Schema markup is code that is used on websites to help search engines to return more informative results for searchers.
Schema.org was the result of the collaborative efforts of Google, Bing, Yandex, and Yahoo to give the information that search engines need in order to understand the content of a site to provide the best search engine results at any one time.
Adding Schema markup to HTML makes improvements to the way in which a page is displayed on SERPs by enhancing the snippets that are shown underneath a title page.
Here, the Schema markup instructed the search engine results page to bring three different recommendations for websites with banana bread recipes included on their site- one from ‘Best Recipes’, another from ‘Women’s Weekly Food’ and finally one from ‘Delicious’. Something that is useful for a searcher – saving them a lot of time looking through the SERP for a suitable recipe.
What else does the Schema markup do?
As well as being able to look into what it does, let’s take a look at some of the hows and whys of the Schema markup.
Schema informs search engines what data means– not only what it says
Your website’s content will get indexed and then returned in the results of a search. That’s what search engines do. However, with added schema markup, some of your content will be indexed in an entirely different way.
The markup will tell the search engine exactly what the content means, and how it should be interpreted as a search result. An example of this is if the words ‘John Smith’ should be written into an article on your website, a search engine will see this, and the search engine results page entry will highlight the words, ‘John Smith’. That’s how search engines work, however, if the correct schema markup is placed just around the name ‘John Smith’ then the search engine now knows that ‘John Smith’ had written some of the content, and was not just a couple of random words.
Search engines will then also display more informative content about ‘John Smith’ for the user who was searching for that name.
To explain further
Many web designers will be familiar with HTML tags being used on the pages, which would usually be used to tell the browser how to display the information included within the tag.
An example would be <h1> Frozen </h1> will instruct the browser to show the word ‘Frozen’ formatted to display in heading 1 format on the page.
However, this HTML tag fails to give information about what the text means. ‘Frozen’ could easily refer to the hit animated kids film as much as it could be translated to what to do with veggies to keep them fresh.
This example shows that it can be more challenging for search engines to display the correct content relevant to the searcher’s intent.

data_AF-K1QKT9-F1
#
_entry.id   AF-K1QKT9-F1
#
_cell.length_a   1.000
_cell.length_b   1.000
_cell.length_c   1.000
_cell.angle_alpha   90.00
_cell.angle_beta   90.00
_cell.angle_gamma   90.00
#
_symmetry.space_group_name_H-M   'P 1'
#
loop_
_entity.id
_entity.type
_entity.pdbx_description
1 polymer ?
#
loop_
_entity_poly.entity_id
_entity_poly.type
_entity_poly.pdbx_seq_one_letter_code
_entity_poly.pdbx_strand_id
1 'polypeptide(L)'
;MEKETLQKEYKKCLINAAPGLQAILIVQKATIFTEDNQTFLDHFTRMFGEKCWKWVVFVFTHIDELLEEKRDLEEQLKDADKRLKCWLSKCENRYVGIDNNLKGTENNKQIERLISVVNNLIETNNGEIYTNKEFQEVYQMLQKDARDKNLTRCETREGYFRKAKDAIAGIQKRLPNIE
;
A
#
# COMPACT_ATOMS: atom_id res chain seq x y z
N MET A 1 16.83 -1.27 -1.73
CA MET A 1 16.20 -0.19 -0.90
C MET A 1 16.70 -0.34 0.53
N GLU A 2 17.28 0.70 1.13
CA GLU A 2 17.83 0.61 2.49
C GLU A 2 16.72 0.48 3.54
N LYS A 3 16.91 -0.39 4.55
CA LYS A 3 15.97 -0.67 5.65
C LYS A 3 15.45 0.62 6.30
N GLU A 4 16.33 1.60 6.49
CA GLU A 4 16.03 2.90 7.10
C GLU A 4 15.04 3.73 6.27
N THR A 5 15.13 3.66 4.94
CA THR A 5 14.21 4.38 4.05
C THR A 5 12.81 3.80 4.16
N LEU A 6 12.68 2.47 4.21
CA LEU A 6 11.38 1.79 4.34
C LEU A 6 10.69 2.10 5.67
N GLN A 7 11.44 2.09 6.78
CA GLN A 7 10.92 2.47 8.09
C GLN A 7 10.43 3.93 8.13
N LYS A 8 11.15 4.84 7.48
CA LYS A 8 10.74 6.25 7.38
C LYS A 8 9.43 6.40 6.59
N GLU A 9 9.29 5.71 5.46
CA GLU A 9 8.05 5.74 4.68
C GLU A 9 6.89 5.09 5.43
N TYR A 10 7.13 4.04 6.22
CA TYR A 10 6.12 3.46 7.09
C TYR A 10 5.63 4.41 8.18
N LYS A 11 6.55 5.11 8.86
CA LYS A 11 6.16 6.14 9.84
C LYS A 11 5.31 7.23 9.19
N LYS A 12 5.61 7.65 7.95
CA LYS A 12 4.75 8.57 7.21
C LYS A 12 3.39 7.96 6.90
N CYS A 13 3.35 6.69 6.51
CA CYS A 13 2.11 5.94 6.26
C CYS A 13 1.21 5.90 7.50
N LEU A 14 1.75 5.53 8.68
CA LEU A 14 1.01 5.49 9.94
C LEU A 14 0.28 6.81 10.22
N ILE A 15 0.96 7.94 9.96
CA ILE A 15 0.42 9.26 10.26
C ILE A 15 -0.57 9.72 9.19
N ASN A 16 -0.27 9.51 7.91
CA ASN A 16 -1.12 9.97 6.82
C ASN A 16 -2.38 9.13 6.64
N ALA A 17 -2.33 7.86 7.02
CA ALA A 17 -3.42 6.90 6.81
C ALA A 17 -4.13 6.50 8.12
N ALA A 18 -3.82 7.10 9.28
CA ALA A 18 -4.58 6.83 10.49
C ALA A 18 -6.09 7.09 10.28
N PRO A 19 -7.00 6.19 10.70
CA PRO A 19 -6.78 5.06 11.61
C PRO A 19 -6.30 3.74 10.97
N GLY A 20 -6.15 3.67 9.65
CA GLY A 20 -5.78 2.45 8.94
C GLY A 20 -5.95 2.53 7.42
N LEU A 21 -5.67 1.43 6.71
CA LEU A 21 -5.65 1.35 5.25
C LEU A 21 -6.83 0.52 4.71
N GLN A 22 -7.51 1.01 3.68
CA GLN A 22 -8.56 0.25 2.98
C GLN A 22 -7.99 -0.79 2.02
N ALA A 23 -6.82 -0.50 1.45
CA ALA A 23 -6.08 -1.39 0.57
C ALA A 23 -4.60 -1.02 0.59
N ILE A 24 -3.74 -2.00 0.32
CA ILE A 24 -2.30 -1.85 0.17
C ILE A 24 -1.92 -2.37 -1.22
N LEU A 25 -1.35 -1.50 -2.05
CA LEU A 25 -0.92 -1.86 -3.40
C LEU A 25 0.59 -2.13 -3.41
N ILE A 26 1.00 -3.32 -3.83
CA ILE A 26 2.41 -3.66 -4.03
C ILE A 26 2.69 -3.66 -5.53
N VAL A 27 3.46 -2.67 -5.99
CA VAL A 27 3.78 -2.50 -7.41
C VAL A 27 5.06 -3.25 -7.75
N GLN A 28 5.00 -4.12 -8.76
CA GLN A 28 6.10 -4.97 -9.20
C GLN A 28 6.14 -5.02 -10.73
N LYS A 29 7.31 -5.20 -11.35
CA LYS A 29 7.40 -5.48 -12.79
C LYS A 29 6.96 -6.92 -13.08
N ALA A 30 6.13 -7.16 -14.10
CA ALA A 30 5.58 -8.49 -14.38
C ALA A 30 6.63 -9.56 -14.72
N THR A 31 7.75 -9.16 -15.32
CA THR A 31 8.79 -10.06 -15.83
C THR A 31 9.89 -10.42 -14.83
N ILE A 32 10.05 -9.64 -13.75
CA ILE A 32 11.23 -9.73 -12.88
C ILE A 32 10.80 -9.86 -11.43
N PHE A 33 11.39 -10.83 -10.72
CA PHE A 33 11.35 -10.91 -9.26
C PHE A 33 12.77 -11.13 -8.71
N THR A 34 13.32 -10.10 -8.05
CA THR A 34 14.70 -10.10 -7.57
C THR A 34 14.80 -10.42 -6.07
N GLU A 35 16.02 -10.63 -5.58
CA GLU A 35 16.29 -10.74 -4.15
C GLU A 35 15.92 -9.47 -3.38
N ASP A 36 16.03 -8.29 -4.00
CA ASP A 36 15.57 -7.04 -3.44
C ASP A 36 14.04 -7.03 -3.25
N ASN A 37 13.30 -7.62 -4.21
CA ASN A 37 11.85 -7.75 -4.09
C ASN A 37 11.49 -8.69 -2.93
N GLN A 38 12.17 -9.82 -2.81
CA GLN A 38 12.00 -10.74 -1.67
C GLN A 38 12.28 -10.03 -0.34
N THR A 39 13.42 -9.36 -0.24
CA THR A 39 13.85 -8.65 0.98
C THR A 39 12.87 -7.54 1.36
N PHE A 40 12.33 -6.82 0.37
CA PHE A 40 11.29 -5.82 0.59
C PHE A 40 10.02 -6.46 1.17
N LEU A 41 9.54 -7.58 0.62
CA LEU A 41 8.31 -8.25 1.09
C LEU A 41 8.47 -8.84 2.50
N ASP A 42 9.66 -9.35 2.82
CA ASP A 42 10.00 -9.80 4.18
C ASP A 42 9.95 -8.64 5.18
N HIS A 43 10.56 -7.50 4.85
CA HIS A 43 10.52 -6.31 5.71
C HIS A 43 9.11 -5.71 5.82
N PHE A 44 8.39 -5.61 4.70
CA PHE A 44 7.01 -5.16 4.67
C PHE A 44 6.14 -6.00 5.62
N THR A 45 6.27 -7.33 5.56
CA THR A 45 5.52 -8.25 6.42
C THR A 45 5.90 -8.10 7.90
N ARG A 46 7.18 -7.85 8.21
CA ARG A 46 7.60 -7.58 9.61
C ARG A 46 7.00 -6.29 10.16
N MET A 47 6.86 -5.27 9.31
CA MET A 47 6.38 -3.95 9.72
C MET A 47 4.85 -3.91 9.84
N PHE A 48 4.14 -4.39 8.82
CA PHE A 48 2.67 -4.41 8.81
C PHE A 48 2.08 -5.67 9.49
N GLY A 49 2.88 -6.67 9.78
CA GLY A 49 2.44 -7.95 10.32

Schema markup was made for users
Websites that use the schema markup can display what they’re all about once shown on a search engine results page. Searchers will then be able to see what a website is about, what a company or organisation does, the costs of products or services, as long as who they are. There’s plenty that the schema markup can do to the visibility of a website’s displays on a SERP.
Think of it like a business flyer giving a potential customer a brief overview of who a company are and what it does.
Search engines are designed to educate and inform users about what they wish to find out. With Schema markup in place, this user-focused improvement does exactly that.
Why is the Schema markup so important?
Here’s why you should be using schema markup for your website. By using it properly, you will see your website ranking better for a wide range of content.
For example, it could be used to highlight;
- Different articles
- Local businesses
- Tv shows and their ratings
- Best selling book reviews
- Moves and movie reviews
- Products and services
There are countless types of markup varying from local pet shops to movie scheduling to bring customers and potential customers up to speed with what is going on with your business by bringing people to your website.
Users of schema markup are going to rank higher on search engine results pages than those who choose not to use markup. Studies have shown that websites with the schema markup rank four positions higher on average on the SERPs than those without this markup. Although it is inconclusive as to whether the higher ranking is due to the markup alone, there is some correlation between websites that use it.
There are, however, one-third of websites that appear on the search engine results page do not utilise schema markup, meaning that there are millions of sites that miss out of a massive amount of SEO potential for their websites and their businesses alike.
By using this valuable source, you’ll get a huge leg up on your competition on the SEO rankings.
Some tips on using Schema markup
So we’ve looked into what schema markup does as well as why you should use it. Here are some tips to dive deeper to get better results from a schemer.
- Find the most commonly used schema
The Schema.org website has an extensive list of the most common types of schema markup, which can be found on the Organisation of Schemas page.
The more marked up, the better
When you begin to understand the plethora of item types, you will soon see how much content on your websites can be marked up.
The more content that is marked up, the better, however, you should only mark up relevant information, and not any hidden page elements which will enhance SEO rankings.
Schema markup is an SEO innovation that will develop over time. Use the skills and expertise of dedicated Digital Marketing Experts to make sure your website remains on top of the ranks.